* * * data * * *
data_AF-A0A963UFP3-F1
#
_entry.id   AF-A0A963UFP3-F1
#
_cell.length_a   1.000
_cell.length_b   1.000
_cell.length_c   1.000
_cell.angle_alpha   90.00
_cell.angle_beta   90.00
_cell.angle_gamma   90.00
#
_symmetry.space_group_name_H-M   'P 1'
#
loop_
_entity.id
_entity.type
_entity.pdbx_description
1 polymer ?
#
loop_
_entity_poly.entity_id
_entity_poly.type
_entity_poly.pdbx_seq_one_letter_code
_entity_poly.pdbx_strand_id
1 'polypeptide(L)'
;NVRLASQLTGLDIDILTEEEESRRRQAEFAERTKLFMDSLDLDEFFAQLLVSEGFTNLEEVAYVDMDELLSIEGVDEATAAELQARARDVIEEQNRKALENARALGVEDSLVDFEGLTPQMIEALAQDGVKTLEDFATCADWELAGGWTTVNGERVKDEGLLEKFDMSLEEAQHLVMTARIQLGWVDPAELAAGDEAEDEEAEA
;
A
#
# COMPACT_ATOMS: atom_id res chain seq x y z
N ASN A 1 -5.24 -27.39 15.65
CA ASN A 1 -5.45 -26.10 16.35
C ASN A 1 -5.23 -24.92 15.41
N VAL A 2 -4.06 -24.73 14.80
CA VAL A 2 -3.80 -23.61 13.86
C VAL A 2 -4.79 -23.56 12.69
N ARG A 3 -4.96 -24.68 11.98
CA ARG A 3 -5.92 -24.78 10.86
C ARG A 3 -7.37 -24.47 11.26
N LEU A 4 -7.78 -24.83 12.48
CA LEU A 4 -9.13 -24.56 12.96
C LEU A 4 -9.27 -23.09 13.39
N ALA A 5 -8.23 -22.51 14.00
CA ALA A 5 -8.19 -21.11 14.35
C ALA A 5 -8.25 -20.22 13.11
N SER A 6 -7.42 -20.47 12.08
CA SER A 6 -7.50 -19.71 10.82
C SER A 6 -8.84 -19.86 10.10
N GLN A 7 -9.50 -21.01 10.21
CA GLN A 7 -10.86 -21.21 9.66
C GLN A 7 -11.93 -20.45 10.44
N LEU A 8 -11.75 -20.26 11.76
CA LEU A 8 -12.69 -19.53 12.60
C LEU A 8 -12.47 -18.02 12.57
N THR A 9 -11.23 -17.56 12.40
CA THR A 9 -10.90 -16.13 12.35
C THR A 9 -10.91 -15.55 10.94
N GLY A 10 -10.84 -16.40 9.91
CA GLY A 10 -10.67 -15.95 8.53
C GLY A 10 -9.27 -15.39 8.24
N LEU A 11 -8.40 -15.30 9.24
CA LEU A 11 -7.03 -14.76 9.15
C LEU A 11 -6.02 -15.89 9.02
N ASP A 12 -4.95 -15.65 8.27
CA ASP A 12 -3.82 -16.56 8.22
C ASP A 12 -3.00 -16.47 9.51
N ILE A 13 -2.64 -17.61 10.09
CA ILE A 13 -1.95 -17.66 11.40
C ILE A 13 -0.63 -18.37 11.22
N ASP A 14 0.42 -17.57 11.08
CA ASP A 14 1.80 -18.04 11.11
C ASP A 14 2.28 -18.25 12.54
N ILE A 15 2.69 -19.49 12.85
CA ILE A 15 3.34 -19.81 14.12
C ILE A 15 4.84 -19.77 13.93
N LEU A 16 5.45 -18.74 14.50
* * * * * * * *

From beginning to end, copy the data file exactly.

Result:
data_AF-A0A963UFP3-F1
#
_entry.id   AF-A0A963UFP3-F1
#
_cell.length_a   1.000
_cell.length_b   1.000
_cell.length_c   1.000
_cell.angle_alpha   90.00
_cell.angle_beta   90.00
_cell.angle_gamma   90.00
#
_symmetry.space_group_name_H-M   'P 1'
#
loop_
_entity.id
_entity.type
_entity.pdbx_description
1 polymer ?
#
loop_
_entity_poly.entity_id
_entity_poly.type
_entity_poly.pdbx_seq_one_letter_code
_entity_poly.pdbx_strand_id
1 'polypeptide(L)'
;NVRLASQLTGLDIDILTEEEESRRRQAEFAERTKLFMDSLDLDEFFAQLLVSEGFTNLEEVAYVDMDELLSIEGVDEATAAELQARARDVIEEQNRKALENARALGVEDSLVDFEGLTPQMIEALAQDGVKTLEDFATCADWELAGGWTTVNGERVKDEGLLEKFDMSLEEAQHLVMTARIQLGWVDPAELAAGDEAEDEEAEA
;
A
#
# COMPACT_ATOMS: atom_id res chain seq x y z
N ASN A 1 -5.24 -27.39 15.65
CA ASN A 1 -5.45 -26.10 16.35
C ASN A 1 -5.23 -24.92 15.41
N VAL A 2 -4.06 -24.73 14.80
CA VAL A 2 -3.80 -23.61 13.86
C VAL A 2 -4.79 -23.56 12.69
N ARG A 3 -4.96 -24.68 11.98
CA ARG A 3 -5.92 -24.78 10.86
C ARG A 3 -7.37 -24.47 11.26
N LEU A 4 -7.78 -24.83 12.48
CA LEU A 4 -9.13 -24.56 12.96
C LEU A 4 -9.27 -23.09 13.39
N ALA A 5 -8.23 -22.51 14.00
CA ALA A 5 -8.19 -21.11 14.35
C ALA A 5 -8.25 -20.22 13.11
N SER A 6 -7.42 -20.47 12.08
CA SER A 6 -7.50 -19.71 10.82
C SER A 6 -8.84 -19.86 10.10
N GLN A 7 -9.50 -21.01 10.21
CA GLN A 7 -10.86 -21.21 9.66
C GLN A 7 -11.93 -20.45 10.44
N LEU A 8 -11.75 -20.26 11.76
CA LEU A 8 -12.69 -19.53 12.60
C LEU A 8 -12.47 -18.02 12.57
N THR A 9 -11.23 -17.56 12.40
CA THR A 9 -10.90 -16.13 12.35
C THR A 9 -10.91 -15.55 10.94
N GLY A 10 -10.84 -16.40 9.91
CA GLY A 10 -10.67 -15.95 8.53
C GLY A 10 -9.27 -15.39 8.24
N LEU A 11 -8.40 -15.30 9.24
CA LEU A 11 -7.03 -14.76 9.15
C LEU A 11 -6.02 -15.89 9.02
N ASP A 12 -4.95 -15.65 8.27
CA ASP A 12 -3.82 -16.56 8.22
C ASP A 12 -3.00 -16.47 9.51
N ILE A 13 -2.64 -17.61 10.09
CA ILE A 13 -1.95 -17.66 11.40
C ILE A 13 -0.63 -18.37 11.22
N ASP A 14 0.42 -17.57 11.08
CA ASP A 14 1.80 -18.04 11.11
C ASP A 14 2.28 -18.25 12.54
N ILE A 15 2.69 -19.49 12.85
CA ILE A 15 3.34 -19.81 14.12
C ILE A 15 4.84 -19.77 13.93
N LEU A 16 5.45 -18.74 14.50